But how could we do otherwise? This is Gladwell’s point. We are social animals that thrive off cooperation with our fellow man to accomplish incredible things. The cost of sacrificing our ability to function socially, just to protect ourselves from the possibility of being duped occasionally, is too great a cost to bear. We know bad actors exist and we know we can’t protect ourselves from every violation of trust (and can’t expect regulation to do it for us), so what do we do? More specifically to this medium, what do we do when investing our hard-earned capital?
Here are a couple of suggestions:
1. If someone is performing a professional service for you and not charging you for it, then they are most likely making money somewhere else. You should figure out where that is, and make sure you’re ok with it.
We all need to make money, and we want those we work with to be properly compensated for the work they do, the risk they take, and the effort they put in. If no fees are being charged, red flags should go up. I could use the recent trend of zero commission on stock trades as an example. But I won’t.
2. Considering what a lack of transparency and bad actors can cost you, trust is an invaluable currency. Put in the effort to build it, keep it, and use it for the greater good.
Here at Altus, we are constantly at work broadening our networks of brokers, lenders, investors, experts, etc. But despite this, or because of it, we continually circle back to those we’ve worked with in the past. We place special emphasis on those we’ve had great experiences with, those whose expertise have been honest, straightforward, and easily shared. Many have saved us certain heartache by a word of wisdom or caution. We simply wouldn’t be where we are today without those we trust. We all get entranced by the “shiny things” every now and again, but please don’t let it be at the expense of deep, meaningful, relationships – even when investing.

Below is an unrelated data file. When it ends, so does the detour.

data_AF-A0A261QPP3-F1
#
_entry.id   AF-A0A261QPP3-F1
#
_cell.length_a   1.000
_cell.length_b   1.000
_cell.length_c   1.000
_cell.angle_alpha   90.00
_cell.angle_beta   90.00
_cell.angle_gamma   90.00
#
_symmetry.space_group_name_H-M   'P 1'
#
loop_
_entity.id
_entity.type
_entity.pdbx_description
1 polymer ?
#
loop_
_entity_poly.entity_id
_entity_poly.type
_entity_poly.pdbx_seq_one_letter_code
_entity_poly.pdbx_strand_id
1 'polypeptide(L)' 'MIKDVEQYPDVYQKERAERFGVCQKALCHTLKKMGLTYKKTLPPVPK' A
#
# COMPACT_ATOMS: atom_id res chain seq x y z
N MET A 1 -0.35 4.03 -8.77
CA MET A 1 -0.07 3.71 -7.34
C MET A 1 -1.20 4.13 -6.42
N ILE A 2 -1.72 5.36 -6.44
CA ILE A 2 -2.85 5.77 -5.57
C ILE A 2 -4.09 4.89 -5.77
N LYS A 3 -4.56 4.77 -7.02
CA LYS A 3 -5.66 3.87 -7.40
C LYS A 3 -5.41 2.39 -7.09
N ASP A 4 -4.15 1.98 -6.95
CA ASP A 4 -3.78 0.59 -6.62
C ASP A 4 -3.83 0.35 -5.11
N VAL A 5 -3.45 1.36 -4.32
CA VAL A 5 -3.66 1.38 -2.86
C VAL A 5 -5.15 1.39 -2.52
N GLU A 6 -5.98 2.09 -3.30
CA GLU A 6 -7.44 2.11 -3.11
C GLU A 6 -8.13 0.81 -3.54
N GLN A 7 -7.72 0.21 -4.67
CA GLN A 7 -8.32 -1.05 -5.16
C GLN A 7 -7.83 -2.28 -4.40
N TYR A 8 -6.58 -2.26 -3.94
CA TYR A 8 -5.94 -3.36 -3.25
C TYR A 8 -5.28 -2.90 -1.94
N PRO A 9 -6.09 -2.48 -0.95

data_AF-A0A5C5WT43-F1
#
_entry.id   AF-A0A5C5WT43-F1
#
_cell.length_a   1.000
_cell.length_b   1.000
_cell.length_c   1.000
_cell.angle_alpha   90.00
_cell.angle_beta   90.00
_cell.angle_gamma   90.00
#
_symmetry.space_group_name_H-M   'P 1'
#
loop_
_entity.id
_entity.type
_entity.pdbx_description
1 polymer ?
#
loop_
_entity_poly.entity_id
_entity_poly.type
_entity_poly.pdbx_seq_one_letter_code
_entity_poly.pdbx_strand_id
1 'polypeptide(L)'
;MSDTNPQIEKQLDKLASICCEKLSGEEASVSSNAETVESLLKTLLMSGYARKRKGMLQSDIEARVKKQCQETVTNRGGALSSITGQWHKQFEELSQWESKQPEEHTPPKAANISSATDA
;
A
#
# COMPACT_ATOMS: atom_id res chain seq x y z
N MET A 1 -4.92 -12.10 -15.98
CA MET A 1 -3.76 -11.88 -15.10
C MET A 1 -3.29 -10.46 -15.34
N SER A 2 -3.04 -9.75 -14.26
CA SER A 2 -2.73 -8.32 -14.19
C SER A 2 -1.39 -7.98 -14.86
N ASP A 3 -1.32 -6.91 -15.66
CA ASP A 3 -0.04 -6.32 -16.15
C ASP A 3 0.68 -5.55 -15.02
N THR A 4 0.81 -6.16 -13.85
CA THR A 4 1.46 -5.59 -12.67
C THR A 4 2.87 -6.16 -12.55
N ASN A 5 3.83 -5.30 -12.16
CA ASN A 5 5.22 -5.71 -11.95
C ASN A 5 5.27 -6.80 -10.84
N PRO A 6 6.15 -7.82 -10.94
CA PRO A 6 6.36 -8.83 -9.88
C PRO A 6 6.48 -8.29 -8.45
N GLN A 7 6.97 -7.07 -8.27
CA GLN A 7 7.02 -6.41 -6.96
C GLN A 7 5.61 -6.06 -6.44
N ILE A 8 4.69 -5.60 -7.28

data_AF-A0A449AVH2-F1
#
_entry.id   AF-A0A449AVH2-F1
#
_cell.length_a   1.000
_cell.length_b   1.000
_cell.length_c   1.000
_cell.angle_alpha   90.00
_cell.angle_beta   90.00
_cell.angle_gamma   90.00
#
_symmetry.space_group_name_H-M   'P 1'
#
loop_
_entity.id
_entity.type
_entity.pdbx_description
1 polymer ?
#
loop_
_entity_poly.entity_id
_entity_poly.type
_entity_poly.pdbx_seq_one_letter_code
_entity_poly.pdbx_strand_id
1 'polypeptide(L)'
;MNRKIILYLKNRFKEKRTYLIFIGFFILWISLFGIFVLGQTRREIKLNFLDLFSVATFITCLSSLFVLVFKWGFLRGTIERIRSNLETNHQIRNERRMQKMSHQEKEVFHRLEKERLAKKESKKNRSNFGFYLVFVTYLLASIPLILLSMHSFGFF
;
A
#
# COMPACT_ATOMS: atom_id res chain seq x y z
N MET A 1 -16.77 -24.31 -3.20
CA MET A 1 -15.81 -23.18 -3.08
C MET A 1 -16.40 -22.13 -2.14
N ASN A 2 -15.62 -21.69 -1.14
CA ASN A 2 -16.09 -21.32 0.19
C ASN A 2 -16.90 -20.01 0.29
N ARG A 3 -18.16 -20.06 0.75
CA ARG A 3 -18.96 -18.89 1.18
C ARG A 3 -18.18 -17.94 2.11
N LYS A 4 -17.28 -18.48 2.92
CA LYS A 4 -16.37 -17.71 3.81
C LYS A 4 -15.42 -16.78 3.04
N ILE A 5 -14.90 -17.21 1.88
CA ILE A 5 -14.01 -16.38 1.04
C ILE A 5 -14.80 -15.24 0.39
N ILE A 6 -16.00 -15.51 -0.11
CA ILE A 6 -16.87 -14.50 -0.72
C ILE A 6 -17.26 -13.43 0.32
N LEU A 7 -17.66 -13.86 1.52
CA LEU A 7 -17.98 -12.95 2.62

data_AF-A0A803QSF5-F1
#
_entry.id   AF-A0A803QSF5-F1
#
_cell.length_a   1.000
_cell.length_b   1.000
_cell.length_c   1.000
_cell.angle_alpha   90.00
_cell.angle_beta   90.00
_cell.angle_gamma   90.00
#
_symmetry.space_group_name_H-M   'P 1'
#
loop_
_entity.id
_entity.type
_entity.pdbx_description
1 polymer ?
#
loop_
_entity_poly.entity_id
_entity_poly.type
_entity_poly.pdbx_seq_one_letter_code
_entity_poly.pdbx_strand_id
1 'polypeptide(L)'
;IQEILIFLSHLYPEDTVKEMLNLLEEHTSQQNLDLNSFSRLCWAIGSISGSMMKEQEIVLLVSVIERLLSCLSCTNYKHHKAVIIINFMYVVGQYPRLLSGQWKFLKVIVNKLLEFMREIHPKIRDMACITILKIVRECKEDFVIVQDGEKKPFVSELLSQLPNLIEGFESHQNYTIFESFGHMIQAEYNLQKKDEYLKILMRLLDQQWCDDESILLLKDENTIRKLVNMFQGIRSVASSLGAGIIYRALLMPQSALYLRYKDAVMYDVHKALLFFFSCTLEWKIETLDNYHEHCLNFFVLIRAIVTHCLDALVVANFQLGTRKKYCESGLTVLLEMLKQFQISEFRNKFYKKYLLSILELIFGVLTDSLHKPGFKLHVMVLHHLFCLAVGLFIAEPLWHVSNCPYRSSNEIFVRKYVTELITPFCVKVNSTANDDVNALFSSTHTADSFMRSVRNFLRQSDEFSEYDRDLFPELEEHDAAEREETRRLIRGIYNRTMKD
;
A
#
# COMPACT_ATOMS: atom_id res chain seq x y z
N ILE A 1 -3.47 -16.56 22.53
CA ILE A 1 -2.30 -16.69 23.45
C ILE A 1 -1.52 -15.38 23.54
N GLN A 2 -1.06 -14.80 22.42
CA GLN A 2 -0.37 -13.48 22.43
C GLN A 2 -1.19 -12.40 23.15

A “Fiduciary Rule” or something similar might give some recourse against those who acted with ill intent or provide an avenue for appropriate punishment for the one who acted against your interests. But it’s a poor substitute for working with those you trust, who have “skin in the game”, and act transparently about their intentions with everyone’s interest in mind. In Nassim Nicholas Taleb’s book of that same name (Skin in the Game), he writes “No friendship without trust, no opinion without consequence, no wealth without exposure. Nothing without skin in the game”. No legal precedent nor safeguard can legislate away risk, nor can it take the place of mutually beneficial relationships between those whose success and long-term goals are linked. Now, as much as ever, it behooves us to invest – invest the time, effort, and energy – to build time-honored, trusting relationships in our communities, families, support networks, work-lives, relationships, and yes, even investments. There is no substitute. Trust is paramount.
About the Author: Andrew Eicher is the Director of Acquisitions of Altus Equity Group Inc., responsible for sourcing new investment opportunities, as well as performing a multitude of supporting functions to bring each investment to fruition. In his previous life, he served as Director of Operations for a securities broker-dealer, giving him a broad view of securities, investors, regulations, and markets. Andrew has spent the last two decades in the investment world, researching, transacting, and supporting a broad array of investment vehicles, approaching each from perspective of financial responsibility. He can be reached at firstname.lastname@example.org.